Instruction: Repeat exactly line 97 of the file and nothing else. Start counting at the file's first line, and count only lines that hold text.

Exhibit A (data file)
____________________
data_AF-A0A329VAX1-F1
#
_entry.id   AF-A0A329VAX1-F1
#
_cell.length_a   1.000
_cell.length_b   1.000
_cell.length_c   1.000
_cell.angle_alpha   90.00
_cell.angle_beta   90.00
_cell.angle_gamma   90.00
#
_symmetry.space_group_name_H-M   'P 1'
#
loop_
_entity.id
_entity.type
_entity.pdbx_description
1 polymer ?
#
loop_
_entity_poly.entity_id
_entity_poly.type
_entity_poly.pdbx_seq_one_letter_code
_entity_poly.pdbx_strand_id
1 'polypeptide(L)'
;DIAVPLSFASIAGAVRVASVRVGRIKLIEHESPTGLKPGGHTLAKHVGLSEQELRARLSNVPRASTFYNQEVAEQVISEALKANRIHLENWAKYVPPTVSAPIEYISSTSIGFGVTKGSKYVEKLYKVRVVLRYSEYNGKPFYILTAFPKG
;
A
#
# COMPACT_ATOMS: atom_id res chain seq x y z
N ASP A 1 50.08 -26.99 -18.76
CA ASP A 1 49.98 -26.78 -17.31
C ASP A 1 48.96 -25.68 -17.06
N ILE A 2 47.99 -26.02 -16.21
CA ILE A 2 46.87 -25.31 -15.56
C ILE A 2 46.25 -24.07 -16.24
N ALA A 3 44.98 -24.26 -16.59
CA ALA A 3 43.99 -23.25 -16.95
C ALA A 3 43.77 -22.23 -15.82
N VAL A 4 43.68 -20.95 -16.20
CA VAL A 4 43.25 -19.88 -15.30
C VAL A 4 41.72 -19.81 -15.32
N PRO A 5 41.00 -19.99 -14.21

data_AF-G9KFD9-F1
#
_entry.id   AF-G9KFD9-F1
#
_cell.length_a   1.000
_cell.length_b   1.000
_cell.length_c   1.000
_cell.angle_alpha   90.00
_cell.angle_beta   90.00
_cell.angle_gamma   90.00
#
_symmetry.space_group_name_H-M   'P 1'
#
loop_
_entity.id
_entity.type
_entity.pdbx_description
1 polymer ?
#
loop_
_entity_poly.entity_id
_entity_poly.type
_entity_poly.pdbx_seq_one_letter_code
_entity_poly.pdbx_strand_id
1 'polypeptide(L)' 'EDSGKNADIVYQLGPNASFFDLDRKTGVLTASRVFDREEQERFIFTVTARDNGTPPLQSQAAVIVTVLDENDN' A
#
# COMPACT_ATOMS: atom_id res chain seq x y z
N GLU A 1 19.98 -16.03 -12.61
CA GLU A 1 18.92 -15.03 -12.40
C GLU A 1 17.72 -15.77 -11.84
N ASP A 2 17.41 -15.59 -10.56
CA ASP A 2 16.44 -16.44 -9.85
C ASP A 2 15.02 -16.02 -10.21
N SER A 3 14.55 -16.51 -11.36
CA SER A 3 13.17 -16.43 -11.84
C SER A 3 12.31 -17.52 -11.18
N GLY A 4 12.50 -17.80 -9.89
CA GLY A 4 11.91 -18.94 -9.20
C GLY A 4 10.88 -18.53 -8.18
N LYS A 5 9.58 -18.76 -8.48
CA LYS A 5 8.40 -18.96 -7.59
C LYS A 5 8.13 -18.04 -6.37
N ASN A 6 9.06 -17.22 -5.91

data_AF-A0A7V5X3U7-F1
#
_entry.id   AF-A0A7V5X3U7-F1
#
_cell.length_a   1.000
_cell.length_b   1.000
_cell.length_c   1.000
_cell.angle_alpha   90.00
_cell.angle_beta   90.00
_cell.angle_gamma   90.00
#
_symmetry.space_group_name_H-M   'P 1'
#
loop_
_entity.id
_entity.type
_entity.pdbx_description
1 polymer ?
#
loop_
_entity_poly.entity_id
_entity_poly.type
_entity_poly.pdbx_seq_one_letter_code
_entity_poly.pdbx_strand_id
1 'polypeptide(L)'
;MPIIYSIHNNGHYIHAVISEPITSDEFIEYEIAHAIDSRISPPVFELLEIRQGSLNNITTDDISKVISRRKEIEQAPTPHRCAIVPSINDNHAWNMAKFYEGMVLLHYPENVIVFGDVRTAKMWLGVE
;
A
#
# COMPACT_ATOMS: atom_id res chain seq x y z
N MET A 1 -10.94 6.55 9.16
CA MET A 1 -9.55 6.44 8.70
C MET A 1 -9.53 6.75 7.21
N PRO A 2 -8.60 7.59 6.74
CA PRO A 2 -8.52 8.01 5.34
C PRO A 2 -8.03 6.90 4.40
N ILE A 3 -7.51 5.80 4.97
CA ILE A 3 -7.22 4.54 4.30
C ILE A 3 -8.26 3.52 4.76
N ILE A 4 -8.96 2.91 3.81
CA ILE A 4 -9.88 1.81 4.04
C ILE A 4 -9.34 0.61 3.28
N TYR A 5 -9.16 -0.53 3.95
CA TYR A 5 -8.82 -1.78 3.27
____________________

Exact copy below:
#